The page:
The Robin Gibson Gallery of modern and contemporary art located in Darlinghurst at Sydney features work by recent graduates, emerging and established living Australian artists.
On May 17, 2016 the Robin Gibson Gallery are officially opening two exhibitions by mature artists, painter Ted Hillyer born in Sydney in 1936 who at 80 years of age hasn’t seemingly slowed his pace and the works of sculptor Patricia Lawrence who did not start working until she was 50 years of age and has made very post a winner.
Ted Hillyer was born in Campbelltown in Sydney and has been exhibiting his work since his first solo exhibition in 1972.
He moved to live in the Northern Rivers region of NSW where from the mountains to the sea, he paints the landscapes and the beachgoers, fishers and sunbathers who live the sub-tropical lifestyle of the Coff’s Coast.
Inspired by American artist Edward Hopper’s geometric form and style, Ted Hillyer portrays realistic depictions of everyday urban scenes that are compelling to the eye.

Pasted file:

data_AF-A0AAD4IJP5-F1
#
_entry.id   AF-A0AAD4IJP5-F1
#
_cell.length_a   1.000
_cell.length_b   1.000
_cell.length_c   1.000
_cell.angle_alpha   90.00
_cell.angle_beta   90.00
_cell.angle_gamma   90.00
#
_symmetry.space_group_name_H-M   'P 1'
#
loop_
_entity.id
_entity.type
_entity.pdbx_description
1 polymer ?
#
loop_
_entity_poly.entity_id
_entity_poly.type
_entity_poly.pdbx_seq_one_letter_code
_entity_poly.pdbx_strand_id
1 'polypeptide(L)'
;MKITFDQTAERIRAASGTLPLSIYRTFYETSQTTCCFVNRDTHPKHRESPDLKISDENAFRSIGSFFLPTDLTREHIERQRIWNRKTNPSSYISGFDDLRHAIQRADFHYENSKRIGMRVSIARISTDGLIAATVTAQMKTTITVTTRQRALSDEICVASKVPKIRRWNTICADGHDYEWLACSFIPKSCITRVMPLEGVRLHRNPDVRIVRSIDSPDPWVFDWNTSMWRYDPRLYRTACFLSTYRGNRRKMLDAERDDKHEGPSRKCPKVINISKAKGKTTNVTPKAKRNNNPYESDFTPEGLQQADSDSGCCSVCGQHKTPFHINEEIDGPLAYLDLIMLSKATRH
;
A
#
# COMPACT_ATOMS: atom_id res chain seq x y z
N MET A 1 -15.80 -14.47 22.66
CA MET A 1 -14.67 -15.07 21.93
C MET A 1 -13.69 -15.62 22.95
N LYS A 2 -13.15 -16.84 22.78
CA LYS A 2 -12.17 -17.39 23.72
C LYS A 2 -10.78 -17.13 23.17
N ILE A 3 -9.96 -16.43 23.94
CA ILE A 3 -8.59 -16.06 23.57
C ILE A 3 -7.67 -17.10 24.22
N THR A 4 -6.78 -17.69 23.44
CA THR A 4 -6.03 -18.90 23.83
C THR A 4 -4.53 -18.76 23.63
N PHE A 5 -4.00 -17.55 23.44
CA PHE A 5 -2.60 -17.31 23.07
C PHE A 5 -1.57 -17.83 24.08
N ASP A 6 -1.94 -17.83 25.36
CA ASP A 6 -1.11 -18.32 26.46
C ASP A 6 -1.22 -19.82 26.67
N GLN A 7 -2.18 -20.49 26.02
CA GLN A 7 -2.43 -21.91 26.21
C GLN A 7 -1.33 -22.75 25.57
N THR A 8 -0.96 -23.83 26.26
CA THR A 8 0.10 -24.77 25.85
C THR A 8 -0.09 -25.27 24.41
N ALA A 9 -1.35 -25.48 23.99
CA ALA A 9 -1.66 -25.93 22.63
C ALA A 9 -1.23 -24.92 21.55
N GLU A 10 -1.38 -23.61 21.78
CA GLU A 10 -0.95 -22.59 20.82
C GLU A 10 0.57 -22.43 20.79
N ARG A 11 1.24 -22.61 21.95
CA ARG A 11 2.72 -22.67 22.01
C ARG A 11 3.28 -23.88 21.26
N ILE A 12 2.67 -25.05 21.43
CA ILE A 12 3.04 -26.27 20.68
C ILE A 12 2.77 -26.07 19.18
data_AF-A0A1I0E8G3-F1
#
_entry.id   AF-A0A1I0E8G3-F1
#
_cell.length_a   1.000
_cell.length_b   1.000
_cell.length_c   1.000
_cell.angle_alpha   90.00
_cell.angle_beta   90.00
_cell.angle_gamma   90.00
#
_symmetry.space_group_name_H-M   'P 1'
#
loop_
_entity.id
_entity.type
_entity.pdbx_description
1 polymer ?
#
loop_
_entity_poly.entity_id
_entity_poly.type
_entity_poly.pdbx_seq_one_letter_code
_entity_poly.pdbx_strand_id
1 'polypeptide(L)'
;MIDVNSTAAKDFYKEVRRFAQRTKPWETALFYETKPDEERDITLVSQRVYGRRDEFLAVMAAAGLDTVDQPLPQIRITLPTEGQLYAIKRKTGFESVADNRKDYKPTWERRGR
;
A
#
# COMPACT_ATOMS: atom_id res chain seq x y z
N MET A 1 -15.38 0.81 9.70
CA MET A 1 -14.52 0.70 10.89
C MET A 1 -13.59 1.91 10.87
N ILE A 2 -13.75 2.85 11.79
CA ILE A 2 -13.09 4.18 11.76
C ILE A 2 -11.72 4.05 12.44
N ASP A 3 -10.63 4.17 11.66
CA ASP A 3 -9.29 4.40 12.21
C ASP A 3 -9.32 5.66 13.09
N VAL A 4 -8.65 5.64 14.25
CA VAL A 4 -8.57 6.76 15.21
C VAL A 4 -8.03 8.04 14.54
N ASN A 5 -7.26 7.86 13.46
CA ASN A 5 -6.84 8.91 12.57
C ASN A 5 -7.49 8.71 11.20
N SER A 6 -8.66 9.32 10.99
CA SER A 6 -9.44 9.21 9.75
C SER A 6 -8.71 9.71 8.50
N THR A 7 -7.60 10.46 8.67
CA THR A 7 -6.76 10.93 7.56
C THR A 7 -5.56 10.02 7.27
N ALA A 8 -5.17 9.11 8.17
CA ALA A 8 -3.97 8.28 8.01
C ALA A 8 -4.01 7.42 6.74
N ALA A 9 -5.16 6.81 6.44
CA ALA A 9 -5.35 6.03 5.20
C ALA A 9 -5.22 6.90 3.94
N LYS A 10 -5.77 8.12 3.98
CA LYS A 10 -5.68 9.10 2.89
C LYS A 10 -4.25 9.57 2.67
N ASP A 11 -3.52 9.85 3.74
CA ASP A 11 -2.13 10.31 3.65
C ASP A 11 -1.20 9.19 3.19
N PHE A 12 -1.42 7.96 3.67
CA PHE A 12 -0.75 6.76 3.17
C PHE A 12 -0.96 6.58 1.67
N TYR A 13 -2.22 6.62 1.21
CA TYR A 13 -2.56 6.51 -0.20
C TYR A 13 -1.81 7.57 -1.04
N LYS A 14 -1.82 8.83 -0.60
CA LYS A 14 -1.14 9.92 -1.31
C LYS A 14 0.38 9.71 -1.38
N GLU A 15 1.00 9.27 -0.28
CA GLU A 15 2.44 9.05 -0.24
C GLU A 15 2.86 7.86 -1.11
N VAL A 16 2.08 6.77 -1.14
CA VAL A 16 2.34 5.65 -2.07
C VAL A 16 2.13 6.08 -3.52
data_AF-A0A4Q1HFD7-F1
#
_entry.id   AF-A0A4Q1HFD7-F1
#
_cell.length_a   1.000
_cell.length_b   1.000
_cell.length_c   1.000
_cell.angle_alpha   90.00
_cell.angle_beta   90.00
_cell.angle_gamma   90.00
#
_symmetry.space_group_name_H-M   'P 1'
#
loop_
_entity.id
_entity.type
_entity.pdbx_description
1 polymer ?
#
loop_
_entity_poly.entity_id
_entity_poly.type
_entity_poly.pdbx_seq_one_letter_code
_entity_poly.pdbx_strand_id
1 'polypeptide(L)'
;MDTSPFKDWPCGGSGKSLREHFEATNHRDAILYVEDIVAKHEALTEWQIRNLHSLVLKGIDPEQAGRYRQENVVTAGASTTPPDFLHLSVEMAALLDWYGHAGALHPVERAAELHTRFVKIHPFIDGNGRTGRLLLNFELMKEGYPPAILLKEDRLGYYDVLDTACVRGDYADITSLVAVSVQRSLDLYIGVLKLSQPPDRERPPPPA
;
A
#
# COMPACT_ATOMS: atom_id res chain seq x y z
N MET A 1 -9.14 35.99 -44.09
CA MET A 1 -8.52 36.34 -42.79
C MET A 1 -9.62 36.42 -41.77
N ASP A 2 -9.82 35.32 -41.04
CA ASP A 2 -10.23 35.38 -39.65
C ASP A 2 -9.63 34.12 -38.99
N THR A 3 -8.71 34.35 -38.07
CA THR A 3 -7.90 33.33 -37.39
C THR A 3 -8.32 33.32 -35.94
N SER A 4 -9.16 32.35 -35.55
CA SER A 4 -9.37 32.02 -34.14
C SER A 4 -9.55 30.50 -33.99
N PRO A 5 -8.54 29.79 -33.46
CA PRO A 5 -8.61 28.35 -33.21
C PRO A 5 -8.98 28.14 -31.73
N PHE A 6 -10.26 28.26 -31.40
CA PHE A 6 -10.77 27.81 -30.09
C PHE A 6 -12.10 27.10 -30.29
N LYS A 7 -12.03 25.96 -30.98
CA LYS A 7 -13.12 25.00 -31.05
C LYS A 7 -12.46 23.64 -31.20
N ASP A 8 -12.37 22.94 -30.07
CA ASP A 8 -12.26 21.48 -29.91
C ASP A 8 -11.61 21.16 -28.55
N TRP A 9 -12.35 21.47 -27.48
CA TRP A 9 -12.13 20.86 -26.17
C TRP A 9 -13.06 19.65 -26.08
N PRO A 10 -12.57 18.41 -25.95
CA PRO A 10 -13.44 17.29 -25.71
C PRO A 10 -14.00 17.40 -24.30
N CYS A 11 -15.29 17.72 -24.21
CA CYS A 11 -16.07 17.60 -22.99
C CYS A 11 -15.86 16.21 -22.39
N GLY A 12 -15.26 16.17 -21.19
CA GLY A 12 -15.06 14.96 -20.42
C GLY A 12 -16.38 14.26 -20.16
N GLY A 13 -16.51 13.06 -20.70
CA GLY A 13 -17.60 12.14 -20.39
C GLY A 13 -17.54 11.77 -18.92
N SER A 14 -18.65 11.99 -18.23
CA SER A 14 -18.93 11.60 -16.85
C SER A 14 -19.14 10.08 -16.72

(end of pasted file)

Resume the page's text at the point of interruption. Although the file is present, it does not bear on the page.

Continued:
He lives in one of Australia’s best kept secret laid-back picturesque tree lined towns.
Bellingen, nearby the Bellinger river is a built environment that is replete with natural beauty and a place where writers, artists and musicians imbue the area with a dynamic creative energy.
Art is a language in images, a method by which we communicate ideas, express conceptions about self, our society, culture and community.
Sculptor Patricia Lawrence may have come late to sculpture, but her abstract interpretations of form are endearingly appealing.
Born in Adelaide in 1930, at 86 Lawrence was an accomplished potter, before attending sculpture schools in Sydney and New York.
She features curves, lines, volumes and space to convey emotions that have become hallmarks of her artistic practice, especially in relation to the human form.
The works of Patricia Lawrence which are unrelated to the human figure such as her Osprey Resting, ‘rely on integrated, interacting forms’.
Some are formed from stone, yet others are formed with clay and plaster and then cast in bronze using the ancient ‘lost wax method’ from antiquity.
Sand piece moulding is also a technique used by Patricia with interlocking moulds made from a sand-based mixture to produce a bronze impression with a fine texture.
Studying at the Artists’ Collective Workshop at Nacka in Stockholm, Sweden in 1990 her work was influenced by Bulgarian sculptor Stoyan Valev. She worked on classical abstract compositions based on the torso and head and since 2012, Patricia Lawrence has created abstract forms, some based on the environment.
Ted Hillyer and Patricia Lawrence, Robin Gibson Gallery, 278 Liverpool St, Darlinghurst Sydney, May 14 – June 8, 2016, Open: Tuesday to Saturday 11am to 6pm